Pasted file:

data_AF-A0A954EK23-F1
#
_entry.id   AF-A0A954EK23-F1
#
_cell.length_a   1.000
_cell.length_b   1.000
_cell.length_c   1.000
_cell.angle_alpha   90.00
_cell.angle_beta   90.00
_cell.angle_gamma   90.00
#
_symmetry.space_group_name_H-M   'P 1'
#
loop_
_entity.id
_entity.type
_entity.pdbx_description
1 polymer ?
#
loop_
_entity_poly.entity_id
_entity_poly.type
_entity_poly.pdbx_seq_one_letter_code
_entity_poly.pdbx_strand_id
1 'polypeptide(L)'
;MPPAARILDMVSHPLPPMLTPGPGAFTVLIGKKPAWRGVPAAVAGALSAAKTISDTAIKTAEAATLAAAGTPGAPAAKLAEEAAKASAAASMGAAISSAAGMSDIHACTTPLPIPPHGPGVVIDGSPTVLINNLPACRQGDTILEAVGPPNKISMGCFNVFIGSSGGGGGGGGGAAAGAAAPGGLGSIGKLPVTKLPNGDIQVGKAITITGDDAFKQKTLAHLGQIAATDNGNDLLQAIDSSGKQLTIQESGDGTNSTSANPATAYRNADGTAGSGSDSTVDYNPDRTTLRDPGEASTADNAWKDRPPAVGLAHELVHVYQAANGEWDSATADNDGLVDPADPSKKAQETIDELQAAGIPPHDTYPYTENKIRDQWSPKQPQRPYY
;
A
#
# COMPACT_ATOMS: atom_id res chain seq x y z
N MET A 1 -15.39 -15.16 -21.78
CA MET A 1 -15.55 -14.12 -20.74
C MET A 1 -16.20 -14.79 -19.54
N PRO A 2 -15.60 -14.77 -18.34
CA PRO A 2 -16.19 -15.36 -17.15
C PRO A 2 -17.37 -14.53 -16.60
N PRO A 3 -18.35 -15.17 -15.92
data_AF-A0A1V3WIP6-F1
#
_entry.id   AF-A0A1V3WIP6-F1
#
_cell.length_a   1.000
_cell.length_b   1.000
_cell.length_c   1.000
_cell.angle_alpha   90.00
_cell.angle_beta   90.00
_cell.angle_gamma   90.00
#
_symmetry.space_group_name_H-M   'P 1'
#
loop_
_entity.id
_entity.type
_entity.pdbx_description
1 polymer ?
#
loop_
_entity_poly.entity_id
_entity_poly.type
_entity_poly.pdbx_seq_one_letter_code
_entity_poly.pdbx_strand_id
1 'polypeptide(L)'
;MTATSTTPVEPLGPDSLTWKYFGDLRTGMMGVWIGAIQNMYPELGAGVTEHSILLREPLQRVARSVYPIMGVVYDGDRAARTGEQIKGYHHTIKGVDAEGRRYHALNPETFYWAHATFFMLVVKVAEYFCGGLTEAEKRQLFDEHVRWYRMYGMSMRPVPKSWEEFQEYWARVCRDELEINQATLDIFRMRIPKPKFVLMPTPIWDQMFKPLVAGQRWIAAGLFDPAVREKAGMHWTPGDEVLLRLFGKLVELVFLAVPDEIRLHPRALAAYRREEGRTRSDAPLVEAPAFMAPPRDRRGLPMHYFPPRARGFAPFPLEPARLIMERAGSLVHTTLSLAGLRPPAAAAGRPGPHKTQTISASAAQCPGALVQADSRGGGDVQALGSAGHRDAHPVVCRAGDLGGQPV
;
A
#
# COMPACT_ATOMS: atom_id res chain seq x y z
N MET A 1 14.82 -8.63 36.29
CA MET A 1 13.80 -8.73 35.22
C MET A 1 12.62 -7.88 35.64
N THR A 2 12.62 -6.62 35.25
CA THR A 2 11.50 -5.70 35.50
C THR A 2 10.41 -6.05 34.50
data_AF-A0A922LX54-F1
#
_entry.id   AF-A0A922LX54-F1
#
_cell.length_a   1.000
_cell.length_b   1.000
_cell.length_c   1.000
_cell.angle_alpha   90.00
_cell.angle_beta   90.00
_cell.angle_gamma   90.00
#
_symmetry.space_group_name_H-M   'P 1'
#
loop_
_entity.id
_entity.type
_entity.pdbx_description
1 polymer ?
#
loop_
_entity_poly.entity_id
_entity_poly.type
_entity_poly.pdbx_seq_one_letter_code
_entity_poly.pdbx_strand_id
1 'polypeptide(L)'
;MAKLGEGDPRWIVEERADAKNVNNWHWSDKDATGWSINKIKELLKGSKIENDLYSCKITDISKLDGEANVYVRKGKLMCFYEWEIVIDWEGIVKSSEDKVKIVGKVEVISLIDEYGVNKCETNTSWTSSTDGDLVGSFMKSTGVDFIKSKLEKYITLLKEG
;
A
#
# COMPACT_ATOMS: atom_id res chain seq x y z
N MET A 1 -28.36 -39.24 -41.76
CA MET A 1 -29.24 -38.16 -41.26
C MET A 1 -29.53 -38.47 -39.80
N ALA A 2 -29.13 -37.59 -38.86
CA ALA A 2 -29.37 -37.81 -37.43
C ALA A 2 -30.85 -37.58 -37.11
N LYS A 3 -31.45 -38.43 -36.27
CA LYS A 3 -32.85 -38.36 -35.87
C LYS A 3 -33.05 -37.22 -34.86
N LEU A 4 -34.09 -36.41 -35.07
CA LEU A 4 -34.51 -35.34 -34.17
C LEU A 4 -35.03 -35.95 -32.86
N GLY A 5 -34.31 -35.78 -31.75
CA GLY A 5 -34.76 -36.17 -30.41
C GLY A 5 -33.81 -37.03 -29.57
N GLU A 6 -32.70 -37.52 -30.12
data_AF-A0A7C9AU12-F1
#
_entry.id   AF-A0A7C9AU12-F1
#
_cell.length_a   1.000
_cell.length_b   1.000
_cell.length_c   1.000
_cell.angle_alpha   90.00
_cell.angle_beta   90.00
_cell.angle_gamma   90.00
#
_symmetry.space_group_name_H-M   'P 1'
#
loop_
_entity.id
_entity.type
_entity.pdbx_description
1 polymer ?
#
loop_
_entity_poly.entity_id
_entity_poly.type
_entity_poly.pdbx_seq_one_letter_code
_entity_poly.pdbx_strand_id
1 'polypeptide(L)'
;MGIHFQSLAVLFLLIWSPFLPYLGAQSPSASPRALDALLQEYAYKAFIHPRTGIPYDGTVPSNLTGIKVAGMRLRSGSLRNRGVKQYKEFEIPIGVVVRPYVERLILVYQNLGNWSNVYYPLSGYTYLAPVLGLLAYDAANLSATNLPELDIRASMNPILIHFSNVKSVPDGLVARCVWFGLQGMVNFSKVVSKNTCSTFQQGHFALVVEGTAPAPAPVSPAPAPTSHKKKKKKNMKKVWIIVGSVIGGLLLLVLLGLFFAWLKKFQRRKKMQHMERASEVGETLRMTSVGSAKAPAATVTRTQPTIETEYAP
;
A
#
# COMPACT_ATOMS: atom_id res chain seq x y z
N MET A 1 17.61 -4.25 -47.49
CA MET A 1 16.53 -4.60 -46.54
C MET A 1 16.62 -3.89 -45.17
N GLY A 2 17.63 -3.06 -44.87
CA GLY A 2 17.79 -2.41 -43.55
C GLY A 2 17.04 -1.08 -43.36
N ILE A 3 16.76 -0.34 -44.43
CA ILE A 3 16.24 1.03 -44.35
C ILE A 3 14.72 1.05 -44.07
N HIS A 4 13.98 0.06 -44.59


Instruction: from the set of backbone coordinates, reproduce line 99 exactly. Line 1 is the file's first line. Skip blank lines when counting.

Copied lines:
;MAKLGEGDPRWIVEERADAKNVNNWHWSDKDATGWSINKIKELLKGSKIENDLYSCKITDISKLDGEANVYVRKGKLMCFYEWEIVIDWEGIVKSSEDKVKIVGKVEVISLIDEYGVNKCETNTSWTSSTDGDLVGSFMKSTGVDFIKSKLEKYITLLKEG